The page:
Bhangra & Daytimers

The late 1980s and 1990s marked the era of daytime raves – better known as daytimers – where young British Asians would hang out and dance to home-grown bhangra music, away from the watchful gaze of their family. Before then, bhangra music was mainly heard at family weddings, performed by live bands and later played by DJs.


Bhangra and Daytimers

Queensgate, Huddersfield HD1 3DH, UK

Huddersfield University’s Students’ Union

Bhangra and Daytimers

Northumberland Street, Huddersfield HD1 1RL, UK

Beyond Beach Babylon


Huddersfield-born Rani Kaur, also known as DJ Radical Sista, believes daytimers helped fill a hole in the cultural life of young Asians and gave them a sense of identity. A cultural hub, daytimers represented a safe space, where they could be themselves. ‘It was about creating a new identity for Asians in the UK that had not existed before,’ she says.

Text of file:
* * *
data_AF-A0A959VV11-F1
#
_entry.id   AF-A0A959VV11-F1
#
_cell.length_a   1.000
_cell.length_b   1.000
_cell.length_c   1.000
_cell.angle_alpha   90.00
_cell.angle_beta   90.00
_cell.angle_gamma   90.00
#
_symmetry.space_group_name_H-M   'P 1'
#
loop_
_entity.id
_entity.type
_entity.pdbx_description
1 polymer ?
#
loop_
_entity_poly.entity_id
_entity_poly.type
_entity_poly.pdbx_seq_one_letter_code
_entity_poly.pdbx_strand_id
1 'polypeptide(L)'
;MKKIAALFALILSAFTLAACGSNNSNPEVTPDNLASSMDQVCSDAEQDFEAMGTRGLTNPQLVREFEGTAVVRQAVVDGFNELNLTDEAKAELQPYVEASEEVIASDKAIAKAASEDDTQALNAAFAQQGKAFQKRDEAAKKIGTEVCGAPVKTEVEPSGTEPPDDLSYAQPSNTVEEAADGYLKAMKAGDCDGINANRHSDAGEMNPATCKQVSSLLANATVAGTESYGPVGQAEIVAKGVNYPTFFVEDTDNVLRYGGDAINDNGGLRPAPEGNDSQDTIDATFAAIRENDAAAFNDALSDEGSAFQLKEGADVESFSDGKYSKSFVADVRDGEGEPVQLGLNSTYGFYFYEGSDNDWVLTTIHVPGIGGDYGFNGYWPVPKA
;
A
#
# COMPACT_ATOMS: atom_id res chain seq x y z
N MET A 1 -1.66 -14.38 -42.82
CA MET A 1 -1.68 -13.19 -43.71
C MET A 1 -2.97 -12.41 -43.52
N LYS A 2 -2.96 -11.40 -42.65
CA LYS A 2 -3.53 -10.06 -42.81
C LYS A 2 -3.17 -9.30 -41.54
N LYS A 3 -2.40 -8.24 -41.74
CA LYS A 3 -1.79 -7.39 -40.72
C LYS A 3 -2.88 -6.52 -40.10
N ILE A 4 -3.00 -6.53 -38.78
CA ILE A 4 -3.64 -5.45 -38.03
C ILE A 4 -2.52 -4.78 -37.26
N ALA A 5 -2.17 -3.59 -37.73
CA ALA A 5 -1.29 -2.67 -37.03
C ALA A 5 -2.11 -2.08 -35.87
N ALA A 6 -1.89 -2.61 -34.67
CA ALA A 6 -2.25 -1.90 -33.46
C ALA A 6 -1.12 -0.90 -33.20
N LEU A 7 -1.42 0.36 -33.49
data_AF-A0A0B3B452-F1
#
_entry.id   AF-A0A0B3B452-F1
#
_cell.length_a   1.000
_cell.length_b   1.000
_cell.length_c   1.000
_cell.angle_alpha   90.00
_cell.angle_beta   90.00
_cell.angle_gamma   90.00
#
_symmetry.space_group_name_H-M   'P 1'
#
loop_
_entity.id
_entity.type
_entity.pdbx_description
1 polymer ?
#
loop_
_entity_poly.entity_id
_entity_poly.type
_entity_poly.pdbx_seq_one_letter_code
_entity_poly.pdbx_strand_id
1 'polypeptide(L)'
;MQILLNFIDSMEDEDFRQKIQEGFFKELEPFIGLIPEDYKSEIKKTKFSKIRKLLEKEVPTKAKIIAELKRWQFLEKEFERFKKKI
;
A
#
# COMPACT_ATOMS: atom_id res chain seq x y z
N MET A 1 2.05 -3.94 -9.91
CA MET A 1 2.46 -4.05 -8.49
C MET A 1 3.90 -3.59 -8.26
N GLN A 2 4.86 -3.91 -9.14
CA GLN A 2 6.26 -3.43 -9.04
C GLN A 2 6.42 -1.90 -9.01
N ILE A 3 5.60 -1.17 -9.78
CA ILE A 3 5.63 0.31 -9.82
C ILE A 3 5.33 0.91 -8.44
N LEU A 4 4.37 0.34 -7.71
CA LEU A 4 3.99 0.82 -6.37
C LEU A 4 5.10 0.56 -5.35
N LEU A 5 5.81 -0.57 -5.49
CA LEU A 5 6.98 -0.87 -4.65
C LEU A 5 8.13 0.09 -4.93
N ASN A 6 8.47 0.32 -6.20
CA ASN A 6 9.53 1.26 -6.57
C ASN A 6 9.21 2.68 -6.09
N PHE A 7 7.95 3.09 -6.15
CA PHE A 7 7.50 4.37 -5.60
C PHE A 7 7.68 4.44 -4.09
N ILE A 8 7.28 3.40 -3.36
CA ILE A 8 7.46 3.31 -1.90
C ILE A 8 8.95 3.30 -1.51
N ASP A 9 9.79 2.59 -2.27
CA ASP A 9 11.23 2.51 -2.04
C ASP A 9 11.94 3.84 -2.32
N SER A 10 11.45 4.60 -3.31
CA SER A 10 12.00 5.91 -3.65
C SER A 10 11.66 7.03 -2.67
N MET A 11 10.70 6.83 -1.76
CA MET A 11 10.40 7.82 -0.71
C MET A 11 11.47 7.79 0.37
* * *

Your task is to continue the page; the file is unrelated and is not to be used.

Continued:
Hardeep Sahota, aka DJ Deepsta, remembers turning up with his music on vinyl and cassettes and playing a mixture of bhangra, hip-hop, Bollywood classic mixes, garage, RnB, and other forms of dance music to large crowds of Asian and non-Asian youths, who would skip school or college in the afternoon. Venues in Huddersfield included Ku Club in Folly Hall, Calisto’s and Beyond Beach Babylon in the town centre together with the Students’ Union at the University of Huddersfield.

‘For me it was important to identify with Panjabi music at that point in my life, whilst finding my way in the world. Bhangra music had that pulsating energy, it was driving people to come together and celebrate – Pakistanis, Hindus, Sikhs – we all came together and it felt very special,’ he says.

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